The only issue is putting a switch between two thermocouples and the PID renders them both useless. They use a precise metal composition to read temp and introducing the different materials in the switch will throw them off. I am assuming this will be for a HLT and BK? If so I would only have a probe in the HLT and just run the BK in manual mode, temp isnt that crucial unless you want to monitor chilling anyway.
OK, this is progress...

So if I run two elements and two ssr's, from one pid swiched at the ssr's what sort of switch might I use...?

Because yes, I'm really only concerned with the hlt temp. but I would like to use the pid to operate the two elements. Some sort of 3 position switch would be awesome...

Edit: I'd heard that the voltage involved meant that switching at the 220 end was hard on the wiring and that swithing at the relays was the better choice. I'm not much of an electrician. Carpentry is my gig. But I can follow a schematic...
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Old 11-22-2010, 06:06 PM   #7
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Quote:
Originally Posted by GC89 View Post
The only issue is putting a switch between two thermocouples and the PID renders them both useless. They use a precise metal composition to read temp and introducing the different materials in the switch will throw them off. I am assuming this will be for a HLT and BK? If so I would only have a probe in the HLT and just run the BK in manual mode, temp isnt that crucial unless you want to monitor chilling anyway.
Thermocouples, yes. But that can be compensated for with the temp offset in the PID, as the difference should be the same for both probes.

With RTD's it wouldn't be an issue.
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What does the primary pressure gauge on the tank tell us? That's right, the temperature. Put it on a scale if you want to know how much is in it...
Put some duct tape over the gauge - Or better yet - Replace the high pressure gauge with a plug - High pressure gauges are useless!
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Old 11-22-2010, 07:29 PM   #8
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Being very honest, you are going to need two RTD Probes and two SSR's so you may as well spring for $35 for a second PID. If you don't you will need a two section double pole, double throw switch. That's not going to be a cheap switch.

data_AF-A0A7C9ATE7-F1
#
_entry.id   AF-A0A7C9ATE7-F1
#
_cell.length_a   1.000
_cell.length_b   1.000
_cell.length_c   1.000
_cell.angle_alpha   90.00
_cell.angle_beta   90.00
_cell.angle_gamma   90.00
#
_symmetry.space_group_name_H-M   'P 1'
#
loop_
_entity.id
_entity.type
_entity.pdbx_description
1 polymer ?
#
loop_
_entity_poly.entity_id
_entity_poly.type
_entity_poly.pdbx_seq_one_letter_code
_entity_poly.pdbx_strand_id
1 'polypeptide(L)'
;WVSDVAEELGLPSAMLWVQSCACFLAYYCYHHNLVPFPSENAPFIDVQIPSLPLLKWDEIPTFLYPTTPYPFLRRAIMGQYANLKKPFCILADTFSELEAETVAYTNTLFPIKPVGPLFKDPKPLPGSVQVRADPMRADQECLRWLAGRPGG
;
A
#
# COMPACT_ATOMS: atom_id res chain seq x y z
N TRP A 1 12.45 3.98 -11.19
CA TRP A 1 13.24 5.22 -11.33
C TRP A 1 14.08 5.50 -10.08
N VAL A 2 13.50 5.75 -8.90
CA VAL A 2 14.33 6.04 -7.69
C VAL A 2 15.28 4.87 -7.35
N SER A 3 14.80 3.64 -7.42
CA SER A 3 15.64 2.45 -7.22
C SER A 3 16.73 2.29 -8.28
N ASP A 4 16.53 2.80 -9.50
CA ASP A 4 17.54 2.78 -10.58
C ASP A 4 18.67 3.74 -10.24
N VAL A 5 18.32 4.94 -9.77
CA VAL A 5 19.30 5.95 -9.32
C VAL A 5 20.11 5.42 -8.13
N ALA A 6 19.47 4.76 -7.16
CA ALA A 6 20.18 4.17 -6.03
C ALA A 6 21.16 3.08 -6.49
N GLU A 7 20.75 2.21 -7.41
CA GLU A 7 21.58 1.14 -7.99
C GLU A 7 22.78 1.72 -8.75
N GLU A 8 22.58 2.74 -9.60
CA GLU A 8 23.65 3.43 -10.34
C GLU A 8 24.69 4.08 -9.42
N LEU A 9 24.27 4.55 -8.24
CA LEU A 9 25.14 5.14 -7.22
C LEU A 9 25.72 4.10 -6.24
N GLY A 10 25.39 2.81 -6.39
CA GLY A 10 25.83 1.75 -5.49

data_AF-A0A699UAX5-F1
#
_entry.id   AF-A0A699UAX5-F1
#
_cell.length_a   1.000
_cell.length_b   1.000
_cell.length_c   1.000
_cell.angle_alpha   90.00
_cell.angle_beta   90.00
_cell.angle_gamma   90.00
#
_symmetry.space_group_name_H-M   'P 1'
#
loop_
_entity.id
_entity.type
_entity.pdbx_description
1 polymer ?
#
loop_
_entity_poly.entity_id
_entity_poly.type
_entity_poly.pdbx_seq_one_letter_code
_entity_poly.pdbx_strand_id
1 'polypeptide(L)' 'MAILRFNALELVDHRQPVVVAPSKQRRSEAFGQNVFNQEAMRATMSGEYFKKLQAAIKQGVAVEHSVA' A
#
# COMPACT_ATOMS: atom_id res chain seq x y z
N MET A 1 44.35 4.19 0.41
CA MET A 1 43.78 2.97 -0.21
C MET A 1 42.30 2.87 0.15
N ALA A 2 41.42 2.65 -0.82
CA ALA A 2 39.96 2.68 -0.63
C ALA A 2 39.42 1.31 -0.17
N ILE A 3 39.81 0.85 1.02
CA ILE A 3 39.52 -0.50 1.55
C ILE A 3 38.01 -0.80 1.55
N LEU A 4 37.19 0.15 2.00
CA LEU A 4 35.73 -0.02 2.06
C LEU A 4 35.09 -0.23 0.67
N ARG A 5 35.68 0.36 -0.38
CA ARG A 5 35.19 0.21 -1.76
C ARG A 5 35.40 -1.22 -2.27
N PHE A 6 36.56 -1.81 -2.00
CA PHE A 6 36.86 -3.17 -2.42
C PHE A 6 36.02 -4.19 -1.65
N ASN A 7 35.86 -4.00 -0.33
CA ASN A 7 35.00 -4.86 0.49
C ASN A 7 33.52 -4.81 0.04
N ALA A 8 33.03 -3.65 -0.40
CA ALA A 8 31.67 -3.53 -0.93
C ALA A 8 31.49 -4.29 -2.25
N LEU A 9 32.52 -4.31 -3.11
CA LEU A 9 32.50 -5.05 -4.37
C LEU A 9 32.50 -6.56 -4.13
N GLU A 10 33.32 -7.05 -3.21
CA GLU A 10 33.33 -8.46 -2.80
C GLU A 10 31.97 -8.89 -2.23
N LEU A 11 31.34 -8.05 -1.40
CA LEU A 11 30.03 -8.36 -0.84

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Old 11-22-2010, 11:58 PM   #9
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I agree with SawDustGuy. In the original post there was no mention of doing this as cheap as possible, or limited space. If it is in the budget and you have the real estate to mount another PID, I really think you'd be better adding another PID.

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Old 11-23-2010, 03:56 PM   #10
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Quote:
Originally Posted by Sawdustguy View Post
Being very honest, you are going to need two RTD Probes and two SSR's so you may as well spring for $35 for a second PID. If you don't you will need a two section double pole, double throw switch. That's not going to be a cheap switch.
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Originally Posted by Ohio-Ed View Post
I agree with SawDustGuy. In the original post there was no mention of doing this as cheap as possible, or limited space. If it is in the budget and you have the real estate to mount another PID, I really think you'd be better adding another PID.
I disagree to some extent.

If the BK is being controlled just to regulate the strength of the boil (PID is in "manual mode"), then you don't need a temp probe in it at all.

If your element kill switches are placed between the SSR and the element, then you can use a single SSR and just make sure the right element is enabled.

Like Ed said, there was no mention of trying to keep costs to a minimum, but if that is one of the goals, single SSR, single PID, and single temp probe can work here.